Having to process a lot of market information and making quick trading decisions can be a challenge for most of us.
Imagine having to look into the results of an economic report, the underlying details, how analysts are interpreting the data, and how markets are reacting… all to come up with a quick trade decision based on a host of other information like price patterns, inflection points, and technical indicators in a matter of minutes of seconds!
If reading the previous paragraph made you feel like running out of breath, then you should know that’s exactly how your brain goes into overdrive when processing too much information.
Having to deal with that kind of info overload and pressure day in and day out can lead to “analysis paralysis” which can be crippling for decision-making.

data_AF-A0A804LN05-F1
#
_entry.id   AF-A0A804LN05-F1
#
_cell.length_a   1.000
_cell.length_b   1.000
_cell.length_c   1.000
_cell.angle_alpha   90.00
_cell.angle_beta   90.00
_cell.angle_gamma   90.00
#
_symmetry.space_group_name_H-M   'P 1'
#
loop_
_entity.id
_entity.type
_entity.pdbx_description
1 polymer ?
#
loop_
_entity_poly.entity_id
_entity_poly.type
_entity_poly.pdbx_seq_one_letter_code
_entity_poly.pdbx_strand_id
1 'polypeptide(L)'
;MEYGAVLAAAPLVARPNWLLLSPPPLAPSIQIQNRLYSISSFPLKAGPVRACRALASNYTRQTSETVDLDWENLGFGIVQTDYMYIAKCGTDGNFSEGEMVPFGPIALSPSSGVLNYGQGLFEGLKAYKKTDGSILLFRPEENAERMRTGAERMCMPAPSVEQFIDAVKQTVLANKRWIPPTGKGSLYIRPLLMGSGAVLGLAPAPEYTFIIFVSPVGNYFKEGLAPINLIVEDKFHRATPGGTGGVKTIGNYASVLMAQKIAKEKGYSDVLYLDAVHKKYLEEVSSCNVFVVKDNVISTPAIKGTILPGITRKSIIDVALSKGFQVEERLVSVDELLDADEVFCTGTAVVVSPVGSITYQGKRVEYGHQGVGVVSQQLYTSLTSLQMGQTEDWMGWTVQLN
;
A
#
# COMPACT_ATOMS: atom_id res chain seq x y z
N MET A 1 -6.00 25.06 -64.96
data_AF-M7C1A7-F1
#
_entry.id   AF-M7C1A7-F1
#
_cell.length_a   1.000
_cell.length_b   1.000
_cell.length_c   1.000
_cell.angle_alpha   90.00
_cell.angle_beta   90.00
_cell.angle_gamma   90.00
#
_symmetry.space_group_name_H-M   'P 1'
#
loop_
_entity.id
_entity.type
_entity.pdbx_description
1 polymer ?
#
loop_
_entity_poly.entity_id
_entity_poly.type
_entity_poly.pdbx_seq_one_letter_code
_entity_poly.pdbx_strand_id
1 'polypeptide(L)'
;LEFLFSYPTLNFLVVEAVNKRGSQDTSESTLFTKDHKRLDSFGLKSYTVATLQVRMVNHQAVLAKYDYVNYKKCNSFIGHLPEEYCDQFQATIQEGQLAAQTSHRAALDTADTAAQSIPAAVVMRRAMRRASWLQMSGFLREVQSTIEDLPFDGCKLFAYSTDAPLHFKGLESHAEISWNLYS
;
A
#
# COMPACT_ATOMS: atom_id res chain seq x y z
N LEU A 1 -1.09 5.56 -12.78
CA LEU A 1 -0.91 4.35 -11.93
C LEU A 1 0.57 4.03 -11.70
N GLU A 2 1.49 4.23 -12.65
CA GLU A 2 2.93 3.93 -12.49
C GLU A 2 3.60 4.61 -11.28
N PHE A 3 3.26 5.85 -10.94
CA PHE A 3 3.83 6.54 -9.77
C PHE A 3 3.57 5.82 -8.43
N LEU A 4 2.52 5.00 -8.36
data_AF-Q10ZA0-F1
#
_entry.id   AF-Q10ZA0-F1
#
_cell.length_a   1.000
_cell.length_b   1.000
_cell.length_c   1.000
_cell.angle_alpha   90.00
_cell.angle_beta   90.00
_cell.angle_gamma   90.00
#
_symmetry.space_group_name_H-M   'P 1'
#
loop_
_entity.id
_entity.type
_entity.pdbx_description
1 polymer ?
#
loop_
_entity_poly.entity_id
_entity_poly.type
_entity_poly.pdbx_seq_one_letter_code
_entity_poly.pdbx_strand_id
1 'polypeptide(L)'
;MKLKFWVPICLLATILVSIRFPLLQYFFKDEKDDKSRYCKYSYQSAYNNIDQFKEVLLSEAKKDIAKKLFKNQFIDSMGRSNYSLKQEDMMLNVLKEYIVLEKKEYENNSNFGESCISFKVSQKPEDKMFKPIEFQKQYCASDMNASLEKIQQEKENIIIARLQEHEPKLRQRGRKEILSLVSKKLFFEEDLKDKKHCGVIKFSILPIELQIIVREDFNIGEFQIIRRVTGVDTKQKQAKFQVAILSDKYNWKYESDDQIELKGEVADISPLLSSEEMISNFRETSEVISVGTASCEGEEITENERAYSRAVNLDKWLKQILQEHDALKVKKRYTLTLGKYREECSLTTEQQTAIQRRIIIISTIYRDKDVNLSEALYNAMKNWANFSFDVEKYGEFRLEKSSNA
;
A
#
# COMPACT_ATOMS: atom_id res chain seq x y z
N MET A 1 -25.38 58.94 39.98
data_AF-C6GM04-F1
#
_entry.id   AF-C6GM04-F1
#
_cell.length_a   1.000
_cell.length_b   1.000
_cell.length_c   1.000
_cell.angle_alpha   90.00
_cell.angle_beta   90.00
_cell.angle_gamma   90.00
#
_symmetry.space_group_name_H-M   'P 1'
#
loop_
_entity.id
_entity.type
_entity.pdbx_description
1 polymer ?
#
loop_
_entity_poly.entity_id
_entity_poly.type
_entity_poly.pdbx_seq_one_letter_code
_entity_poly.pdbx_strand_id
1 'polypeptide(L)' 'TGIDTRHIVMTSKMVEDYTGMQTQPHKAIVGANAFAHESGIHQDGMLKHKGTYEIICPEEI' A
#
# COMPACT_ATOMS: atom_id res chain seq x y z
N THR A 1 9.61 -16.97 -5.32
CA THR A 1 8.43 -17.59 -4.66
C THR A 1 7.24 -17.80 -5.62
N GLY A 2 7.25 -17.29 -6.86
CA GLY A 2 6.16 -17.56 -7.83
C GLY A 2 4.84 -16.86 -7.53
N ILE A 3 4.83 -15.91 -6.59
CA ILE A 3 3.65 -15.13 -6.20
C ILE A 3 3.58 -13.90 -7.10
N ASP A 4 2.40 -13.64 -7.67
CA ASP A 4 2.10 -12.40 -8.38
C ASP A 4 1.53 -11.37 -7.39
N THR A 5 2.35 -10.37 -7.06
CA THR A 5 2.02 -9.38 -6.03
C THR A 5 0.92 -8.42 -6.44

In other words, too much information can be overwhelming for some traders, enough to discourage them from making trading decisions at all. It’s like a browser with one too many tabs open that it ends up crashing completely!
When you find yourself in this situation, take a step back and remind yourself to focus on crucial information only.
Of course determining which pieces of information are crucial is easier said than done, and it does take some market experience to hone this skill.
A good way to keep things simple is to filter data points and legitimate news sources from opinion blogs or social media commentary.
This isn’t to say that the latter content are unreliable, but you should try to make a habit of formulating your own thoughts based on the data instead of being swayed by others’ opinions from the get-go.
Also keep in mind that most articles may have clickbait titles mainly to get more eyeballs and not necessarily to convey unbiased headlines.
While there’s nothing wrong with clicking on links that immediately grab your attention, it helps to be mindful of its impact on your perception and how it might lead to emotional trading. Read through the rest of the article to get a handle on what’s actually happening instead of reacting only to the headlines.